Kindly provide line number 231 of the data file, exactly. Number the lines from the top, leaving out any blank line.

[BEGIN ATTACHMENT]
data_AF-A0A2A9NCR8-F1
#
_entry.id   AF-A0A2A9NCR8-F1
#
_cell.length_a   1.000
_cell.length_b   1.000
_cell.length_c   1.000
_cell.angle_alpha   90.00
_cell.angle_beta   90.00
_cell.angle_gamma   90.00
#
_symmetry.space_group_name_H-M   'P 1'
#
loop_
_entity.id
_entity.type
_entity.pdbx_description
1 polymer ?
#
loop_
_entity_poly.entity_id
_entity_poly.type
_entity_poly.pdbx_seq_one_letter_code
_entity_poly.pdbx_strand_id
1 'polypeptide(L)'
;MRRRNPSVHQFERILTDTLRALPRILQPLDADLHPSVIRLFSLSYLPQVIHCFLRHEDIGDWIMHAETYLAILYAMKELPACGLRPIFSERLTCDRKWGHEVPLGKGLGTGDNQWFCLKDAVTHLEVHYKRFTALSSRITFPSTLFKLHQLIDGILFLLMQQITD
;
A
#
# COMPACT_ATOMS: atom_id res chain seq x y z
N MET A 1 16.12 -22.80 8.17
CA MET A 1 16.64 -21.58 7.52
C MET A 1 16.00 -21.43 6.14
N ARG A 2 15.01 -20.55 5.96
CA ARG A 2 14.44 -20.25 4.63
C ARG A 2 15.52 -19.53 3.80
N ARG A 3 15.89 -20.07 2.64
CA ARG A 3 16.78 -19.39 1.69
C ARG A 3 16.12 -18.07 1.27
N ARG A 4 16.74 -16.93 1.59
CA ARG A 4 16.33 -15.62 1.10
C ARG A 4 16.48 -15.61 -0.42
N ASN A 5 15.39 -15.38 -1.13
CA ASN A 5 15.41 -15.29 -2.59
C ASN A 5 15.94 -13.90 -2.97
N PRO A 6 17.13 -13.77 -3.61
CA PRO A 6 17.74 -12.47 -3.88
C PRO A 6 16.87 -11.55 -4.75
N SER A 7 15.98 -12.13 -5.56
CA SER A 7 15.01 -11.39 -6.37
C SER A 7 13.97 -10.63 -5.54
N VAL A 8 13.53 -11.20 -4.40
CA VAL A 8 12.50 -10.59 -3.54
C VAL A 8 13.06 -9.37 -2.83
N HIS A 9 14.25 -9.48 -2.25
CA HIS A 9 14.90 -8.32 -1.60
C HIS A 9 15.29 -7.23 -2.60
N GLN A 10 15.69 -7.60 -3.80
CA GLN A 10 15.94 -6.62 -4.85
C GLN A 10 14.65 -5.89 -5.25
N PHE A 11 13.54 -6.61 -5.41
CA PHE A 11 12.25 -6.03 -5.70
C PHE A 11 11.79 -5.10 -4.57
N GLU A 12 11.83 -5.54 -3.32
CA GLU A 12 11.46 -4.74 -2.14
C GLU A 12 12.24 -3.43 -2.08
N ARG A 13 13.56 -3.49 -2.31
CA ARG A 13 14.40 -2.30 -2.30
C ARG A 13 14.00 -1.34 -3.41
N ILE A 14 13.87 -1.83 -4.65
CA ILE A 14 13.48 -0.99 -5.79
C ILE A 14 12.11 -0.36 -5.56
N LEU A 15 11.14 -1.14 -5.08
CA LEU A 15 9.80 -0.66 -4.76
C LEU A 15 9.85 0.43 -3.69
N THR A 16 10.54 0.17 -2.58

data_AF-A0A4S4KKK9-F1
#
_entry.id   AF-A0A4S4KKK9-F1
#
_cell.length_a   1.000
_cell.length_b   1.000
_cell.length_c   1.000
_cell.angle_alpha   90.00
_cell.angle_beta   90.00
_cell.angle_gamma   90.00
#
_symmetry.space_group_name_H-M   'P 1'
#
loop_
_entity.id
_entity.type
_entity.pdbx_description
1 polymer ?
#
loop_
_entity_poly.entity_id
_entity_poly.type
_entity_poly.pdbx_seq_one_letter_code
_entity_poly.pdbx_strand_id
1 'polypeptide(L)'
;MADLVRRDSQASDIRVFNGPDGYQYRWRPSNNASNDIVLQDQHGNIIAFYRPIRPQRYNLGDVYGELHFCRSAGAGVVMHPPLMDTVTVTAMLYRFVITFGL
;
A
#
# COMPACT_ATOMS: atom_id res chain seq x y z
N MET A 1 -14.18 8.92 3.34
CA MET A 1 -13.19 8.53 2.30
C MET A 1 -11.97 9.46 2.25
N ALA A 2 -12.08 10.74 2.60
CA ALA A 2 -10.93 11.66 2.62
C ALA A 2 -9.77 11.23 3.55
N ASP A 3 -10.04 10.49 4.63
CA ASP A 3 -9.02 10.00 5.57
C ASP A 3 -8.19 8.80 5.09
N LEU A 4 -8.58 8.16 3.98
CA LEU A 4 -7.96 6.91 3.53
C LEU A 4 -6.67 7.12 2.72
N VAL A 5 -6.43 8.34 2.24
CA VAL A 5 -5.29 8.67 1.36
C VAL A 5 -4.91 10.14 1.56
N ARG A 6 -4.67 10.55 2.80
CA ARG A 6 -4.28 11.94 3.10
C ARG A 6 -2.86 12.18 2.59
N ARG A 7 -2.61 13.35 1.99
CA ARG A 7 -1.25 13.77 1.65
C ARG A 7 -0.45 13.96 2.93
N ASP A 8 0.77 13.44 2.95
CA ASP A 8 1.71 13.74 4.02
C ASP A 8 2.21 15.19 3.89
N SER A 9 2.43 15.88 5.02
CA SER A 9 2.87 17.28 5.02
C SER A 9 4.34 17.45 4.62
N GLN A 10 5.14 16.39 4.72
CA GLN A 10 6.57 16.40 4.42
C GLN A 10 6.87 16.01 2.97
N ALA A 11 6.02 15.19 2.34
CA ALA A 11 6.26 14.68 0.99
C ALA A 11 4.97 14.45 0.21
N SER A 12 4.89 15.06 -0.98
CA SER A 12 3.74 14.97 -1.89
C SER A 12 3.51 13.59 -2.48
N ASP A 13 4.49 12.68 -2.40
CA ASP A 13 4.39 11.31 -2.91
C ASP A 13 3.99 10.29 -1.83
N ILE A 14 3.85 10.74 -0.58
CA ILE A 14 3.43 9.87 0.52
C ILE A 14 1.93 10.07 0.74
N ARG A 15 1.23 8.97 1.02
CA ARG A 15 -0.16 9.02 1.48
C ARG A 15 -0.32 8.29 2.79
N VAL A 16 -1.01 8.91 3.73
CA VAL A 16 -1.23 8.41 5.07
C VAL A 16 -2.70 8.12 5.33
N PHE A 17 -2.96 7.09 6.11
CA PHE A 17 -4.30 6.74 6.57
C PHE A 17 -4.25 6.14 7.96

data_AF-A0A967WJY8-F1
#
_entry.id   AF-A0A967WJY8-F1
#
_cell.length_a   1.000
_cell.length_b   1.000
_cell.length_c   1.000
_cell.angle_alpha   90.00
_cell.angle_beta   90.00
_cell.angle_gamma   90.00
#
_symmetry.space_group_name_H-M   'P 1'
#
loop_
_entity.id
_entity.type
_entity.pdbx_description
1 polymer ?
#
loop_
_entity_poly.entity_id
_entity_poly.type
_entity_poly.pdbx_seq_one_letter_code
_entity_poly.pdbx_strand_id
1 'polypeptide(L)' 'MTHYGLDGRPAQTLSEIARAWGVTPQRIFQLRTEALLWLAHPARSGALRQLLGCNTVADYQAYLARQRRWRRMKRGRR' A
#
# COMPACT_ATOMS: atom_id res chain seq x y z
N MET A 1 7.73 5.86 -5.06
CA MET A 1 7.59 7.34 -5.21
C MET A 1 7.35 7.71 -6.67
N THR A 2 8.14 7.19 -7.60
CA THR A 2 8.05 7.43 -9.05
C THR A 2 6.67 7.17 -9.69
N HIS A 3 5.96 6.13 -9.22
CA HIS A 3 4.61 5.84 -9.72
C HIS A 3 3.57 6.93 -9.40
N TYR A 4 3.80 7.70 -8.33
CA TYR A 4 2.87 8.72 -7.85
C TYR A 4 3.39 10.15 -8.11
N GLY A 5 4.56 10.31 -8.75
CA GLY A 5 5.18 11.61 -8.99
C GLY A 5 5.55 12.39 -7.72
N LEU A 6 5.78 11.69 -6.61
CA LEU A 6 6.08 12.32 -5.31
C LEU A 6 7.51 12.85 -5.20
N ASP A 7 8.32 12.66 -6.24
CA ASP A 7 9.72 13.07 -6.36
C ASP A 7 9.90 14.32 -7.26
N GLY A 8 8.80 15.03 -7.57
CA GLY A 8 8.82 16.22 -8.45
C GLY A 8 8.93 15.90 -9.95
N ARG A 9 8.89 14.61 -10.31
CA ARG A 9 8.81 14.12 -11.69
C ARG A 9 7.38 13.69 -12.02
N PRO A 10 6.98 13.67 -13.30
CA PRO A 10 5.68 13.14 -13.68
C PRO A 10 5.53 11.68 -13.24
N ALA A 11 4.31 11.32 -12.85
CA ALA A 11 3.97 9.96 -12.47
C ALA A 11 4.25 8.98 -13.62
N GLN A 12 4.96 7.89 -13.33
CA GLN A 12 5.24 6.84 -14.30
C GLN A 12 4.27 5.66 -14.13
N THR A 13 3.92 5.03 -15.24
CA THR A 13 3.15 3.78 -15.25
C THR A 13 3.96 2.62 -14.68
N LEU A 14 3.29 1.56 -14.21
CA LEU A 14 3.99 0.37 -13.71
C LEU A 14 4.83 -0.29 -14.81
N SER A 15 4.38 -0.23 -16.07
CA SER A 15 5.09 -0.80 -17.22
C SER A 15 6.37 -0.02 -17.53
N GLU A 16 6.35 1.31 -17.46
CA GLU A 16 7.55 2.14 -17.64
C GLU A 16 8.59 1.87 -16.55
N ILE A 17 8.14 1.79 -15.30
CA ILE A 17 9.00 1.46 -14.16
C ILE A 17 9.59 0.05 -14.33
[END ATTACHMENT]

CA GLU A 16 7.55 2.14 -17.64